• Dixon ROD. The structure of infection threads, bacteria and bacteroids in pea and clover root nodules. Archly Fiir Mikrobiol. 1964;48(2):166–78.

    Article  Google Scholar 

  • Ehlers K, Bakken LR, Frostegård Å, Frossard E, Bünemann EK. Phosphorus limitation in a ferralsol: impact on microbial activity and cell internal P pools. Soil Biol Biochem. 2010;42(4):558–66.

    Article  CAS  Google Scholar 

  • EIAR. Field pea production guideline: using rhizobial bio-fertilizer technology. Addis Ababa, Ethiopia; 2018.

  • Erman M, Yildirim B, Togay N, Cig F. Effects of phosphorus application in field peas (Turkey), nodulation and nutrient uptake in field pea. J Anim Vet Adv. 2009;8(2):301–4.

    CAS  Google Scholar 

  • Gaidashova S, De Waele D. Effect of plant parasitic nematodes and arbuscular mycorrhizal fungi on banana (Musa spp.) in the East African Highland cropping systems; 2009. p. 270.

  • Gan Y, Stulen I, Keulen HV, Kuiper PJC. Effect of N fertilizer top-dressing at various reproductive stages on growth, N2 fixation and yield of three soybean (Glycine max L. Merr.) genotypes. Field Crop Res. 2003;80:147–55.

    Article  Google Scholar 

  • Getachew A. Phosphate fertilizer and weed control effects on growth and yield of field pea on nitisols of central highlands of Ethiopia. Ethiop J Sci. 2009;32(2):109–16.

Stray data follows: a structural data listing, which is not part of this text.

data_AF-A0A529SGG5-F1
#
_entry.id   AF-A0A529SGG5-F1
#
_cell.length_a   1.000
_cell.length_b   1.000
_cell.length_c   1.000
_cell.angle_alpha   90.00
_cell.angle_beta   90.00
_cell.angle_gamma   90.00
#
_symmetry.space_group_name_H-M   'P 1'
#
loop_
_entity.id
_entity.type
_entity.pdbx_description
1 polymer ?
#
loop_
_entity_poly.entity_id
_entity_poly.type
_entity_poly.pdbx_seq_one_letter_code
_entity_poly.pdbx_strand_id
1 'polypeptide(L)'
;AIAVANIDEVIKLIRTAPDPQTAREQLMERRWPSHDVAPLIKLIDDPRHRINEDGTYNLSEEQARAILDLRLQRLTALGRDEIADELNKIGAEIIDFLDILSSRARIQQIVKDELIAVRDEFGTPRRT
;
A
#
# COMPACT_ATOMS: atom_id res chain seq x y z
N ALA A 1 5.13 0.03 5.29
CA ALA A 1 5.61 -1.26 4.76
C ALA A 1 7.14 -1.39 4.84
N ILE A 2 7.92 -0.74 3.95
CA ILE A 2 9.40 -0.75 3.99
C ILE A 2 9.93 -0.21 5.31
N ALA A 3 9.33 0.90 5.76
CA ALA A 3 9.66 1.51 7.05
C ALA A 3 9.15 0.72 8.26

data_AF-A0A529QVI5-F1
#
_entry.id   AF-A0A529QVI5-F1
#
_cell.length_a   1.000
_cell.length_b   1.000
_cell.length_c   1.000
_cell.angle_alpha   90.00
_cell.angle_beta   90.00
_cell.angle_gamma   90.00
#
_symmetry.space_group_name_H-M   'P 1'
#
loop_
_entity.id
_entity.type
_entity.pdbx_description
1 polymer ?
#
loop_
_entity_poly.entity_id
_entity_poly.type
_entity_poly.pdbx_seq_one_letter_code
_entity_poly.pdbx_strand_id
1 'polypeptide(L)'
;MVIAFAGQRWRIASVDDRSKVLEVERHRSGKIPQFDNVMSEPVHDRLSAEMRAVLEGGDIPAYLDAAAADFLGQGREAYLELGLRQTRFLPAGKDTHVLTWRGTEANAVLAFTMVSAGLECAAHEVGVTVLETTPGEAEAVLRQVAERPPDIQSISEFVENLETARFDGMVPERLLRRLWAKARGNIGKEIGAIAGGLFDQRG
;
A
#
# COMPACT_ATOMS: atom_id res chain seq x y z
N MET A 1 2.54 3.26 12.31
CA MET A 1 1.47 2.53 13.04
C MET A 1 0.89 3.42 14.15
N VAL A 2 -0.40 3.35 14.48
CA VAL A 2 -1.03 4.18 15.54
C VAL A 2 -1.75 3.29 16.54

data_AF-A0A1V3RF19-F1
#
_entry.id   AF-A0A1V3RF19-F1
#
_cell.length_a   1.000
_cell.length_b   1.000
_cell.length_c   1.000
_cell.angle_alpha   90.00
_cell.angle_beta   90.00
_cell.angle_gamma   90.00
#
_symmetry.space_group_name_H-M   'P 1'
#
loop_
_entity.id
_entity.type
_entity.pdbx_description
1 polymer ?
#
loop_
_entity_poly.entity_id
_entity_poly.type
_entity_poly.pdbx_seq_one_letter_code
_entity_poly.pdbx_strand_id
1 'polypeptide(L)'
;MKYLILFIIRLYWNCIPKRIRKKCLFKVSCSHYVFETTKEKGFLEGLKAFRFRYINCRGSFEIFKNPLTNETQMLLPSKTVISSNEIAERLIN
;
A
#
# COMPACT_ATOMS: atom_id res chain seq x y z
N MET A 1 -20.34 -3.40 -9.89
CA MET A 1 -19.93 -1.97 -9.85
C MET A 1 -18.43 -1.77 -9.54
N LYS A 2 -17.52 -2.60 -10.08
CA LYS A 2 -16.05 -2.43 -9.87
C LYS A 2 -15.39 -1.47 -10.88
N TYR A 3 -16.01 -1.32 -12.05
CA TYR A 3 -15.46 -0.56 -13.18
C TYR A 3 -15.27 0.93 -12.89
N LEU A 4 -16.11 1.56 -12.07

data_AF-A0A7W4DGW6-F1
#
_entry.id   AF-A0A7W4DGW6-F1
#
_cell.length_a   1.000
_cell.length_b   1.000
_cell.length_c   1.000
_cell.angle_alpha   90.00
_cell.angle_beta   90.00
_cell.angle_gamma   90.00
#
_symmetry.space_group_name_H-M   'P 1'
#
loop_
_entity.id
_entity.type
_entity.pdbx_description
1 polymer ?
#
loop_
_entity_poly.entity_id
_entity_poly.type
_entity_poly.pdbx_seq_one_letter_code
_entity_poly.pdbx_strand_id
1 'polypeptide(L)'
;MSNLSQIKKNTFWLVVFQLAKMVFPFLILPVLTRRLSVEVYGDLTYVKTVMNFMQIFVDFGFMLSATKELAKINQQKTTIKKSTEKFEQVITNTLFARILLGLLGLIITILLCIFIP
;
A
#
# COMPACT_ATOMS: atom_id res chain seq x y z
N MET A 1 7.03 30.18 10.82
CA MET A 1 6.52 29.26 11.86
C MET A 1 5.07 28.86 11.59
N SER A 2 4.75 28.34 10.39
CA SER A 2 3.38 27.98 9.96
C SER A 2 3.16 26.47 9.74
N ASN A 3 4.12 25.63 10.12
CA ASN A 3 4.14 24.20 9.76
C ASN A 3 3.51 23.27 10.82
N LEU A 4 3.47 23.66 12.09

Google Scholar 

  • Giller KE, Schilt C, Huising J, Franke AC, de Jager I. N2Africa putting nitrogen fixation to work for smallholder farmers in Africa, Podcaster no 22, August, September and October 2013 (No. 22). N2Africa project; 2013.

  • Giri N, Joshi NC. Growth and yield response of chickpea (Cicer arietinum) to seed inoculation with Rhizobium sp. Nat Sci. 2010;8(9):232–6.

    Google Scholar 

  • Graham PH, Hungria M, Tlusty B. Breeding for better nitrogen fixation in grain legumes: where do the rhizobia fit in. Crop Manag. 2004.

    Article  Google Scholar 

  • GRDC. Grownotes: field pea, section 6. Nutrition and fertilizer; 2018.

  • Gregory PJ, Nortcliff S, editors. Soil conditions and plant growth. Chichester: Wiley-Black; 2013.

    Google Scholar 

  • HCDA. Ministry of agriculture farm management handbook of Kenya, 2nd edition. 2004.

  • Heath MC, Hebblethwaite PD. Precision drilling combining peas (Pisum sativum L.) of contrasting leaf types at varying densities. J Agric Sci. 1987;108:425–30.

    Article  Google Scholar 

  • Hu F, Tan Y, Yu A, Zhao C, Coulter JA, Fan Z. Low N fertilizer application and intercropping increases N concentration in pea (Pisum sativum L.) grains. Front Plant Sci. 2018;9:1–14.

    Article  Google Scholar 

  • IFDC. Rapport des activités effectuées à l’est de la Re publique Democratique du Congo, Kigali, Rwanda; 2009. p. 24p

  • Irambu E, Ndegwa AM, Wepukhulu A, Muriuki SB. The effect of nitrogen and phosporus application on the pod yield of snowpeas.; 2010.